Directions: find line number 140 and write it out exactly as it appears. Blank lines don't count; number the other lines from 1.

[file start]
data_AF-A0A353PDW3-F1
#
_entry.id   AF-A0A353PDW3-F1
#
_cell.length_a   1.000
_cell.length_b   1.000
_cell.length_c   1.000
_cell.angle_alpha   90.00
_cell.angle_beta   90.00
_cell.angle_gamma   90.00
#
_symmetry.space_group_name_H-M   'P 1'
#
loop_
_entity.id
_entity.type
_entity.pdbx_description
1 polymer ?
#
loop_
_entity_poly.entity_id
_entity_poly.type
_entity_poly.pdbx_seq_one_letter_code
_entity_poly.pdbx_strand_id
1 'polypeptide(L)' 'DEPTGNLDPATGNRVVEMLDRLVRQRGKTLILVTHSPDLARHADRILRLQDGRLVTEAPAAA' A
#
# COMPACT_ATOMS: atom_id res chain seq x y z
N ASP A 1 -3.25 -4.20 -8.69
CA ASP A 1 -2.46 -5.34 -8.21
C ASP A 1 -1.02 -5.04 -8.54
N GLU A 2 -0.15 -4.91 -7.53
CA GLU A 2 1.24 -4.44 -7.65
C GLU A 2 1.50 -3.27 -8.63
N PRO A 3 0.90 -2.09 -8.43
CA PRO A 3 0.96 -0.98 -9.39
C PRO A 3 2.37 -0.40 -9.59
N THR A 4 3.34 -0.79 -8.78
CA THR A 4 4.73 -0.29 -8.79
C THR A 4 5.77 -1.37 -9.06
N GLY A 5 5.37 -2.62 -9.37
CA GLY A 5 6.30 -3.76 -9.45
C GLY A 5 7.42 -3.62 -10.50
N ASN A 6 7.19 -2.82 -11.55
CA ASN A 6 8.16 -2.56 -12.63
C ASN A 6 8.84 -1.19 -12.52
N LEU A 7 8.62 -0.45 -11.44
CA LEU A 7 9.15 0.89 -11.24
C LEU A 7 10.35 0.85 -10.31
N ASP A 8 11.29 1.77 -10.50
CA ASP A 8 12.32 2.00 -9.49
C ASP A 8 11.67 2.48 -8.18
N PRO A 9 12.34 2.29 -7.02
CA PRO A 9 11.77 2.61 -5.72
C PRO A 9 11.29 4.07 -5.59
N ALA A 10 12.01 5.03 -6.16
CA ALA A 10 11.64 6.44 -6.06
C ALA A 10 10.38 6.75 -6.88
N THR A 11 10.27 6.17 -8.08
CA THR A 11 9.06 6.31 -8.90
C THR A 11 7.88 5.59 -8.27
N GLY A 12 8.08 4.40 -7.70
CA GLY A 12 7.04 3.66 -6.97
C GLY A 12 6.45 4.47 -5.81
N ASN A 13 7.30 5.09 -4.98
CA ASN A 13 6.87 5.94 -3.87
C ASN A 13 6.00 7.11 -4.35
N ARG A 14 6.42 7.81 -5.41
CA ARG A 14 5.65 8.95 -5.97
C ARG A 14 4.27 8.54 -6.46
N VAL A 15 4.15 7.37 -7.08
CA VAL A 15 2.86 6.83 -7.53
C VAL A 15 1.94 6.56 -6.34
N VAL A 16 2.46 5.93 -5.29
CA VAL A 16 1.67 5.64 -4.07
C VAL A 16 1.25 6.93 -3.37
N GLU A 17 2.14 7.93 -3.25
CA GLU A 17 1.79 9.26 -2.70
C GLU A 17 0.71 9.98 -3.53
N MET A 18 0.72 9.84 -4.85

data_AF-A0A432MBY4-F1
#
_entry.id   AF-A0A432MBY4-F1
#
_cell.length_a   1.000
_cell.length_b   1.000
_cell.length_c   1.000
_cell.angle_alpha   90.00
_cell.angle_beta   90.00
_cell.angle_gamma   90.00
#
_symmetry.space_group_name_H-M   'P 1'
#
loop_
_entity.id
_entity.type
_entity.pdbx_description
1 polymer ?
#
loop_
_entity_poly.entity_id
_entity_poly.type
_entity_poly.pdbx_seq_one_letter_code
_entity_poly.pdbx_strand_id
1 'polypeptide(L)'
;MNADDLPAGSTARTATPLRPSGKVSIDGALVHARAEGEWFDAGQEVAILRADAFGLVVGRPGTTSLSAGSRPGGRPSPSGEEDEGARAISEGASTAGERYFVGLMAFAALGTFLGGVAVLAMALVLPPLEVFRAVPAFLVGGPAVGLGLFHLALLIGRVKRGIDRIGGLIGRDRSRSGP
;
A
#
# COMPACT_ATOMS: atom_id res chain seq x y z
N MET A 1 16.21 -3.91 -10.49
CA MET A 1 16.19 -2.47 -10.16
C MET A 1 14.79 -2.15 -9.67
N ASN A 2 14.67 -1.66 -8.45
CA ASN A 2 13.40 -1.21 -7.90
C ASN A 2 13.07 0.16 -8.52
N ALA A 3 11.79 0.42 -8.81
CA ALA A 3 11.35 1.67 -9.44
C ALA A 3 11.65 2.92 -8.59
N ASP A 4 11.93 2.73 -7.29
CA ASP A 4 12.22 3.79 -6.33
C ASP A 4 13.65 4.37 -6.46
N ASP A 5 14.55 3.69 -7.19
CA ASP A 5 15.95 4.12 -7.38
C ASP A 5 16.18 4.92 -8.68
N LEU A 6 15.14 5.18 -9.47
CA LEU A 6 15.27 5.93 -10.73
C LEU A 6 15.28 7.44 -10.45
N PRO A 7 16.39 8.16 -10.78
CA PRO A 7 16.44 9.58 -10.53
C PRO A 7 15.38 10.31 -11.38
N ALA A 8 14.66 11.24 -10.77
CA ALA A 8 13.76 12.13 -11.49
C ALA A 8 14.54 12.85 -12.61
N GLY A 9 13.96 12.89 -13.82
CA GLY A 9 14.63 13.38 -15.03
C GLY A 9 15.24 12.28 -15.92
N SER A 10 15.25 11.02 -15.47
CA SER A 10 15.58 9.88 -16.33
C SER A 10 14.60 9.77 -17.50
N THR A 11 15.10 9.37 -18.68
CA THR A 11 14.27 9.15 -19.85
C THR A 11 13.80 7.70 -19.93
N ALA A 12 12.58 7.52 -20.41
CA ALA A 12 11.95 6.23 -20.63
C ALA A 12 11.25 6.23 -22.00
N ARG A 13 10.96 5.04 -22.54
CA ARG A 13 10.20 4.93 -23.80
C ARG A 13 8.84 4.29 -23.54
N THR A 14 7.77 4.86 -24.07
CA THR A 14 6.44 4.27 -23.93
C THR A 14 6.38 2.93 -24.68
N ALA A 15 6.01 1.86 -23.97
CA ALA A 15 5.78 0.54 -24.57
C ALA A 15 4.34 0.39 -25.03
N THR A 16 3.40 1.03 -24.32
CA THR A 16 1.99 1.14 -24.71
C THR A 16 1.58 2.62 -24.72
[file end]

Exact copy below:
N THR A 11 15.10 9.37 -18.68